And this may be done without even the lender of the book being aware of it, if the lender is a probationer and not yet molded and made malleable enough to swallow the more extreme doctrines kept secret and given only gradually.

Some nominally Sufi groups depart from the social inclusiveness of Tasswuf, where feeding and hospitality for the poor is a traditional feature.

These other nominal groups take care of themselves. They may tilt toward wealthy and or with valuable social connections. They and dont want needy or ailing people who will strain their resources, or the rosy fantasy world they live by.

And they most certainly do not want skeptics.

Gated communities of like minded souls. Country clubs for the 'spiritual' one percenters.

These are like Disneyland for adults who are socially sophisticated with lots of earning power and social clout. But perhaps want a break from the pressure of the outside world and have found surcease in the shared fantasy world constructed within and maintained by the group.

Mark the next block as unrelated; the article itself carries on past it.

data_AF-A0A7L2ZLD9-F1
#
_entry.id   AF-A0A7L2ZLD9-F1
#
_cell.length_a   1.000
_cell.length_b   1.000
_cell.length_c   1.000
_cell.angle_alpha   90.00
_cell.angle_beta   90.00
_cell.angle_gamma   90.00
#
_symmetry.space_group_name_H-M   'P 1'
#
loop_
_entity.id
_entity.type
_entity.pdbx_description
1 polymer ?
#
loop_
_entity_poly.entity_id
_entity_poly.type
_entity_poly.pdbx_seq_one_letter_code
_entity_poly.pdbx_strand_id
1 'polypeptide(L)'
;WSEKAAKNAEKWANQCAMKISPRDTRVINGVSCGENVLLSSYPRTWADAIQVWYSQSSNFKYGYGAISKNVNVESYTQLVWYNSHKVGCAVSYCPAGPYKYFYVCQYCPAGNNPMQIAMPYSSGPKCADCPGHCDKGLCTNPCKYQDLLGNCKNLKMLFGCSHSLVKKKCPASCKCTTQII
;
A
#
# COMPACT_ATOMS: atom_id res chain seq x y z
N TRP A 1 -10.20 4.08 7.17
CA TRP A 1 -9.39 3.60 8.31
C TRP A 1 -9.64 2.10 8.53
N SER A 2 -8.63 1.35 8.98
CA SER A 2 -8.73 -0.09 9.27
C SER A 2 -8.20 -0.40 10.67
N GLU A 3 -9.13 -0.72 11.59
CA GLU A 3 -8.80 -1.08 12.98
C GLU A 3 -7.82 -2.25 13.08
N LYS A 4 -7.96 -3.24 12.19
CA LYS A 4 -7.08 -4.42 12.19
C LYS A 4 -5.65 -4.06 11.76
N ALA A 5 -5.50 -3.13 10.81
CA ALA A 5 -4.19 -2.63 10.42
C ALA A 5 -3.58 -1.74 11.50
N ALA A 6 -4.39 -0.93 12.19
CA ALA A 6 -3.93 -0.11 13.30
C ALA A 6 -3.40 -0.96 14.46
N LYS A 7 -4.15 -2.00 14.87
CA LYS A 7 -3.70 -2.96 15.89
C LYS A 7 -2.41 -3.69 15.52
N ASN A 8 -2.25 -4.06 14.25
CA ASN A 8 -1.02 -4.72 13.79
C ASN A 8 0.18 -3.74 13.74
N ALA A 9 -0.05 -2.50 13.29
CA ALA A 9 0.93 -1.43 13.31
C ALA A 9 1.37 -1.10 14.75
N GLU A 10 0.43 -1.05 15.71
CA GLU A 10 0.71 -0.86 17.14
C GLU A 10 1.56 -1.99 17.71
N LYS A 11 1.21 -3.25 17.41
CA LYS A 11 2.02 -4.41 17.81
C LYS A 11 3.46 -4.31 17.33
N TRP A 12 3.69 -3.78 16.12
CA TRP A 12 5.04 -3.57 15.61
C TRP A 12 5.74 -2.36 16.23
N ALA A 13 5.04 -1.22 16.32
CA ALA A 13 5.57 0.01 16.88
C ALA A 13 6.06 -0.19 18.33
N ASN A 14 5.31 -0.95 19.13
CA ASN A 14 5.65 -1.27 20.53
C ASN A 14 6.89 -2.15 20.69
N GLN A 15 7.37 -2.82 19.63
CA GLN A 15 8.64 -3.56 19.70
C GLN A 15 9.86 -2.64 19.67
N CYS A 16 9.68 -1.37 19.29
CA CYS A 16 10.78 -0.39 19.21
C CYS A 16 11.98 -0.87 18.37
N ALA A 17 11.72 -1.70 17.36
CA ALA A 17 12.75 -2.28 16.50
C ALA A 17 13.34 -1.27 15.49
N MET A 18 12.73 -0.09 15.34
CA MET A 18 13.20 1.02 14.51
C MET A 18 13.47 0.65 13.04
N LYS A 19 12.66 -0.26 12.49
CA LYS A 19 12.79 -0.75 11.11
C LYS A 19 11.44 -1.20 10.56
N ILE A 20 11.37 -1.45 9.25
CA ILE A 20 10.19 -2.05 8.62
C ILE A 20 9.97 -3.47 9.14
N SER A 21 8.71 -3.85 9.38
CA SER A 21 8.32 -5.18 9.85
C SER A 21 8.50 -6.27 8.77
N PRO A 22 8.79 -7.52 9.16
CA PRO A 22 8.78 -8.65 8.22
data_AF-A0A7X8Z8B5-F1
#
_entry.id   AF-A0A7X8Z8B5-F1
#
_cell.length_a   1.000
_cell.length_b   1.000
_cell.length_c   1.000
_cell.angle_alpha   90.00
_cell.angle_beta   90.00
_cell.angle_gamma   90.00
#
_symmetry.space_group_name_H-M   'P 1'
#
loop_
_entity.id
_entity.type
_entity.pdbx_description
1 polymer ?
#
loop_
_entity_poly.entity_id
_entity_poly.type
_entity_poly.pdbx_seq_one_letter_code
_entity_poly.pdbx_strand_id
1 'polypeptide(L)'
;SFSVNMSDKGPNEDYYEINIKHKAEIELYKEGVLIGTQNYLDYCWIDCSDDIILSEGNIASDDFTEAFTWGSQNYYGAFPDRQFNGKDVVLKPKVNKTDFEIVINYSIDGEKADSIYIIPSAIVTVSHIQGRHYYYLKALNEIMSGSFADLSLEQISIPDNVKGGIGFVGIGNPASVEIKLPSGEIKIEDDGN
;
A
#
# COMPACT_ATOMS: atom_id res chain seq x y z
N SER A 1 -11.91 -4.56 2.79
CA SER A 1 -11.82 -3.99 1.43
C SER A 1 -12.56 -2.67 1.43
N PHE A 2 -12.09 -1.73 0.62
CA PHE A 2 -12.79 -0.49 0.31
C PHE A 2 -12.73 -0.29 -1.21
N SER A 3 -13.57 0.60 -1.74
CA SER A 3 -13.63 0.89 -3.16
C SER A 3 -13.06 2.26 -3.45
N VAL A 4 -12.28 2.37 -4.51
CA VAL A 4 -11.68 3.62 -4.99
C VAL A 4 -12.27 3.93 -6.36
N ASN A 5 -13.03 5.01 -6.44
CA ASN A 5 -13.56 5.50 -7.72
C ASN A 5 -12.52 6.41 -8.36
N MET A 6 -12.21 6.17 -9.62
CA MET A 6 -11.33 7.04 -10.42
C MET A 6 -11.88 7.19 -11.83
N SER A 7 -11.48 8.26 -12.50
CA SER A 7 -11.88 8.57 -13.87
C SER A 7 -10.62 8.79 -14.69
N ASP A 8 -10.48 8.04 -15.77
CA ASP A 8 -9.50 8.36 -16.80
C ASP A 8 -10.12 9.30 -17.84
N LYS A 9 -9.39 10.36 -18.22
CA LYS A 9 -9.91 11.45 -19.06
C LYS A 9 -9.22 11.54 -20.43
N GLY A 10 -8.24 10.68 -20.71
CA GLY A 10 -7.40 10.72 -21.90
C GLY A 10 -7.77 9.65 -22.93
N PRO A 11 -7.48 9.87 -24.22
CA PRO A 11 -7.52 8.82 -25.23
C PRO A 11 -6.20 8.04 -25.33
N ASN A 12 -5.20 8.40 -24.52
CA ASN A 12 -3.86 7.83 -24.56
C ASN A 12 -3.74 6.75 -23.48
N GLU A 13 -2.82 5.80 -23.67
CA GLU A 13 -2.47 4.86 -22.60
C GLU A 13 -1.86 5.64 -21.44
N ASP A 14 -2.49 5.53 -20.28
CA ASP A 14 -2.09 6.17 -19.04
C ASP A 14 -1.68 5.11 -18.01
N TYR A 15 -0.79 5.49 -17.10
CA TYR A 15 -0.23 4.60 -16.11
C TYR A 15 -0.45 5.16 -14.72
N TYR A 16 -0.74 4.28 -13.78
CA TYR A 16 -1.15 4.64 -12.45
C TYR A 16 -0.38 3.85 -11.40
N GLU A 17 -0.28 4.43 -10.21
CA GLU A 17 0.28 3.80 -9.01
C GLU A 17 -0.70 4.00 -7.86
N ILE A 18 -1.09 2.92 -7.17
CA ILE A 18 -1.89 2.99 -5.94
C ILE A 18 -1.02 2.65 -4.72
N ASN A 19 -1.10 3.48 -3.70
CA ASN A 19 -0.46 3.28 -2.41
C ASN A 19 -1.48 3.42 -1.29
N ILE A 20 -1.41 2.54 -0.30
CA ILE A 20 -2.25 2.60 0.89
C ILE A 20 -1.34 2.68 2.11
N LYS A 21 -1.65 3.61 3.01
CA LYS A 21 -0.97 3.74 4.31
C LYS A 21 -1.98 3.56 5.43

And dont want their fantasies disrupted, especially those who have had heavy pain their lives, and need the group and shared Beautiful World to keep that pain, though unintegrated, manageable and at bay.

The role of the leader is to maintain that fantasy and give a living human focus, like the Wizard of OZ.

These types of groups may be quite discreet in their recruitment methods. Some members low in rank may not even know this is what they are doing when they sincerely recommend certain books or music to their friends.

A group that claims not to to proslytize has to have some way to trickle word out to potentially compatible members.

Edited 2 time(s). Last edit at 06/04/2018 09:57AM by corboy.

Re: A Sufi Cult
Posted by: corboy ()
Date: September 21, 2013 11:39PM

I want to make clear the above incident is not the direct responsibility of Tweedie or Vaughn Lee.